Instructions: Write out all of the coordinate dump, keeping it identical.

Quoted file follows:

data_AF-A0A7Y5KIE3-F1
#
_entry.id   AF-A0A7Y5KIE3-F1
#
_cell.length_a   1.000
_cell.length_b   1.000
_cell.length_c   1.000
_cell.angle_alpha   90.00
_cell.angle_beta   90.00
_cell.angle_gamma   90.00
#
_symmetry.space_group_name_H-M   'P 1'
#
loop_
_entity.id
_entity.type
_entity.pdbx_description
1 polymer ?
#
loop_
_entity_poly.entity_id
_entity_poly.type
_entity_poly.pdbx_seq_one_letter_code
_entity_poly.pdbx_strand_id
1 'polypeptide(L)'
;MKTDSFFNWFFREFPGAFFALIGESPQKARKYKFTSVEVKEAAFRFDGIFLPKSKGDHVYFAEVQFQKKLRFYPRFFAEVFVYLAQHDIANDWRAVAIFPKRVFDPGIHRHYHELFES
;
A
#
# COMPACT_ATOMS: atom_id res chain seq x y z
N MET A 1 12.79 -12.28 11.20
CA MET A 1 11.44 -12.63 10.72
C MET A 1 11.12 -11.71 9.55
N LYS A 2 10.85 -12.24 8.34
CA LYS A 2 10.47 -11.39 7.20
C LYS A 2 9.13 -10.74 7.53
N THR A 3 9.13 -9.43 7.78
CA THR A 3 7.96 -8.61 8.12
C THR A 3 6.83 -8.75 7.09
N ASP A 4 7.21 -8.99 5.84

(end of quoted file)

data_AF-A0A7Y5KIE3-F1
#
_entry.id   AF-A0A7Y5KIE3-F1
#
_cell.length_a   1.000
_cell.length_b   1.000
_cell.length_c   1.000
_cell.angle_alpha   90.00
_cell.angle_beta   90.00
_cell.angle_gamma   90.00
#
_symmetry.space_group_name_H-M   'P 1'
#
loop_
_entity.id
_entity.type
_entity.pdbx_description
1 polymer ?
#
loop_
_entity_poly.entity_id
_entity_poly.type
_entity_poly.pdbx_seq_one_letter_code
_entity_poly.pdbx_strand_id
1 'polypeptide(L)'
;MKTDSFFNWFFREFPGAFFALIGESPQKARKYKFTSVEVKEAAFRFDGIFLPKSKGDHVYFAEVQFQKKLRFYPRFFAEVFVYLAQHDIANDWRAVAIFPKRVFDPGIHRHYHELFES
;
A
#
# COMPACT_ATOMS: atom_id res chain seq x y z
N MET A 1 12.79 -12.28 11.20
CA MET A 1 11.44 -12.63 10.72
C MET A 1 11.12 -11.71 9.55
N LYS A 2 10.85 -12.24 8.34
CA LYS A 2 10.47 -11.39 7.20
C LYS A 2 9.13 -10.74 7.53
N THR A 3 9.13 -9.43 7.78
CA THR A 3 7.96 -8.61 8.12
C THR A 3 6.83 -8.75 7.09
N ASP A 4 7.21 -8.99 5.84